During his strolls through forests, Souza discovered that once a forest is formed, it is difficult for the araucaria to produce new adult individuals. He only found samples of young araucárias in open fields and in areas of the forest where the treetops did not entirely block the view of the sky and there was a lot of light, as he wrote in an article published in Acta Oecologica in 2008. There are two reasons for this: first, the young araucárias survive for a very short time in the shade; and second, the pine-shaped seeds, with a diameter of up to 30 centimeters that the tree produces from April to September, are eaten by such native birds as the gralha-azul (azure jay) and by the papagaio-charão (red-spectacled Amazon parrot), and by the common agouti, deer, and collared peccary. “Only 1 percent of the seeds that fall on the ground germinate,” says Souza, who this year was awarded the Fundação Bunge award in the forest sciences category.
Whatever seeds are left over from the animals’ forays become part of the local population’s diet. The seeds, which are carbohydrate- and protein-rich, referred to as pinhão, are used in many dishes typical of the cuisine in the south of Brazil. In 2008, 4.8 thousand tons of pinhão were extracted from the native forests, generating income of R$6.2 million, according to data of the Brazilian Institute of Geography and Statistics. Souza, who analyzed of pinhão sales for the 1977 to 2007 period in the state of Rio Grande do Sul and for the last 14 years on a farm in the state of Santa Catarina, noticed that the production of araucaria seeds does not fluctuate as that of the conifer trees – trees that produce bare seeds grouped in cones – of the Northern Hemisphere. In the Northern Hemisphere, a pine tree does not necessarily produce an abundant harvest of seeds every year. In Brazil, the production of these seeds is more stable. “Production increases somewhat in the year that follows a year when the El Niño phenomenon occurred, as this phenomenon causes heavy rains in the south, while production drops after the droughts provoked by the La Niña phenomenon,” he explains.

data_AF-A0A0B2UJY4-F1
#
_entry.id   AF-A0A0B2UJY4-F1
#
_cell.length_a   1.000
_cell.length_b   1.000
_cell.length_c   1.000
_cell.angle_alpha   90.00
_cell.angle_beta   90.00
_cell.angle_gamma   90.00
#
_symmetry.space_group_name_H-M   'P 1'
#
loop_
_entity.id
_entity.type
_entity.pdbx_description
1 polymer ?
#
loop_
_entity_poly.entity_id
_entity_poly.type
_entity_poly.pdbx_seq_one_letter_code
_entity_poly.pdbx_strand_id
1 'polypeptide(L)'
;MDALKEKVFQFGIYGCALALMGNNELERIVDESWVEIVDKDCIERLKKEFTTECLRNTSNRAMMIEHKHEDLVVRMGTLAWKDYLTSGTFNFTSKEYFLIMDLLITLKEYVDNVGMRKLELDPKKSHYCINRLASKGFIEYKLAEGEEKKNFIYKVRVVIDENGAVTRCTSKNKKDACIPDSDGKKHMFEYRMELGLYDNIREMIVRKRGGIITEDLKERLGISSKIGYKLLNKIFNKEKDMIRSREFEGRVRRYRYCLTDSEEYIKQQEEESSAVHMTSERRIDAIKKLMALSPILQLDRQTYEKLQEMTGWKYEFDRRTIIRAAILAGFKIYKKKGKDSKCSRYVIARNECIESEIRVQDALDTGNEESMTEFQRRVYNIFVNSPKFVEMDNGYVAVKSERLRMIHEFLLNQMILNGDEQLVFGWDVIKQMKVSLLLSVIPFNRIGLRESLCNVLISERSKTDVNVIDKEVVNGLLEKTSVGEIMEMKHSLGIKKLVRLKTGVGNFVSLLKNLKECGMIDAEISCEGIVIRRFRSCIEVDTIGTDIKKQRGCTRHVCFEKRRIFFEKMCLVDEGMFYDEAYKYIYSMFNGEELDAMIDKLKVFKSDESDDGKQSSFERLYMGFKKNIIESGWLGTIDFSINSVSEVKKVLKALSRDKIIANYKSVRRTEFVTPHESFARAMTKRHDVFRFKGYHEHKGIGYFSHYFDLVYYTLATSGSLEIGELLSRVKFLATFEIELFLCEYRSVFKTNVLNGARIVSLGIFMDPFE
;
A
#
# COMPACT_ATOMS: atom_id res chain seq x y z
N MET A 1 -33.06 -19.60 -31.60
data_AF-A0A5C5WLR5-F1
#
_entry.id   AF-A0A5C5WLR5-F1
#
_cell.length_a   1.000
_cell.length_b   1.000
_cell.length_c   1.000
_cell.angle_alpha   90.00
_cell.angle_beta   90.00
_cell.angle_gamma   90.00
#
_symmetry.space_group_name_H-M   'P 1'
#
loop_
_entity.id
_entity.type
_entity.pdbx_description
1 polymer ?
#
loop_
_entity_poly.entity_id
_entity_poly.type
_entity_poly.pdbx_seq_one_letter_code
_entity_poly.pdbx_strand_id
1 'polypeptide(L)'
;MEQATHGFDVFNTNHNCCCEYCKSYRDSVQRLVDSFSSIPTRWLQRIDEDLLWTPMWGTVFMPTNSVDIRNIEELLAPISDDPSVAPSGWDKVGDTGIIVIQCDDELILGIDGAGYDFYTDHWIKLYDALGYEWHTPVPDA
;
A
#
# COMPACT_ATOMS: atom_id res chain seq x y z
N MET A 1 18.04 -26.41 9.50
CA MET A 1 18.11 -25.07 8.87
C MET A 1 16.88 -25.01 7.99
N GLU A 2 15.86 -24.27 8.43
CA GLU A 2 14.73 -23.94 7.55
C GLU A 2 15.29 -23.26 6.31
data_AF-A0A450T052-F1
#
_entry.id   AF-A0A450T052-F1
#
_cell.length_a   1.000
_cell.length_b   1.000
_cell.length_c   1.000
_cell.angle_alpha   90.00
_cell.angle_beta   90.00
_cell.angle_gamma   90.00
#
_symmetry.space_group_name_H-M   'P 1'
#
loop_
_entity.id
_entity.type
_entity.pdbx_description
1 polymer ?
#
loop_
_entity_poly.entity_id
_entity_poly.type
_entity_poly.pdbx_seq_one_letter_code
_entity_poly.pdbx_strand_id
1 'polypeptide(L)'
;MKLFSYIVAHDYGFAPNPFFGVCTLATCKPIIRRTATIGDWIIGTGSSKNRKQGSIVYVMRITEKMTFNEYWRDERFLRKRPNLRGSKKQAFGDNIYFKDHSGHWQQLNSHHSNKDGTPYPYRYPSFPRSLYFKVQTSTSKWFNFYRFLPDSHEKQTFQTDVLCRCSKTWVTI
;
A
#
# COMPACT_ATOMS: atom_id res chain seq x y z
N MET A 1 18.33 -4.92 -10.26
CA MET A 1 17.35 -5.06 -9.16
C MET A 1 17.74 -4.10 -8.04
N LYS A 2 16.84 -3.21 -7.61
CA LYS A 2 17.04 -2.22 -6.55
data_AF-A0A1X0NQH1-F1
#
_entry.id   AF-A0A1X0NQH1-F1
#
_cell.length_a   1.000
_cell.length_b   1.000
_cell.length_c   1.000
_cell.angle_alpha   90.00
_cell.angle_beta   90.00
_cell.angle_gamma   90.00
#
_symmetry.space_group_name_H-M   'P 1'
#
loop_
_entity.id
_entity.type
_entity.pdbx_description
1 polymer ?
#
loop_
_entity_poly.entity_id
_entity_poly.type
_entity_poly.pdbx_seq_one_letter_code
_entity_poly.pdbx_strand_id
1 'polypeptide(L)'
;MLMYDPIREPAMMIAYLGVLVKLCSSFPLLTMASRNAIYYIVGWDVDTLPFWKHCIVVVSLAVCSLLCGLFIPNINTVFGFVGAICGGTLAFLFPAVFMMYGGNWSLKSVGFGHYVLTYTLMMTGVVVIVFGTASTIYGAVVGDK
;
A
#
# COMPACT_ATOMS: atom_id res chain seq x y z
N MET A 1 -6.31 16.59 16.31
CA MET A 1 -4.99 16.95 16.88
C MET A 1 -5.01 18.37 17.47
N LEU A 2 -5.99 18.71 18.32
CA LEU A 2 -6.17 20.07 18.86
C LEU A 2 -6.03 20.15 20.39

The sale of pinhão can be more profitable than the exploitation of araucaria or pinus wood, say Miguel Guerra and his collaborators, who wrote a paper on the exploitation and stewardship of araucárias. The article was published in 2003 in the book Sustentável Mata Atlântica [Sustainable Atlantic Seaboard Forest]. However, it will be necessary to replant forests for economic exploitation to become sustainable. Souza verified that, more than 60 years after the end of the exploitation of the araucaria forests, the original araucaria population had still not recovered entirely.
SOUZA, A. F. et al. Regeneration patterns of a long-lived dominant conifer and the effects of logging in southern South America. Acta Oecologica. v. 34, p. 221-32. Sep./Oct. 2008.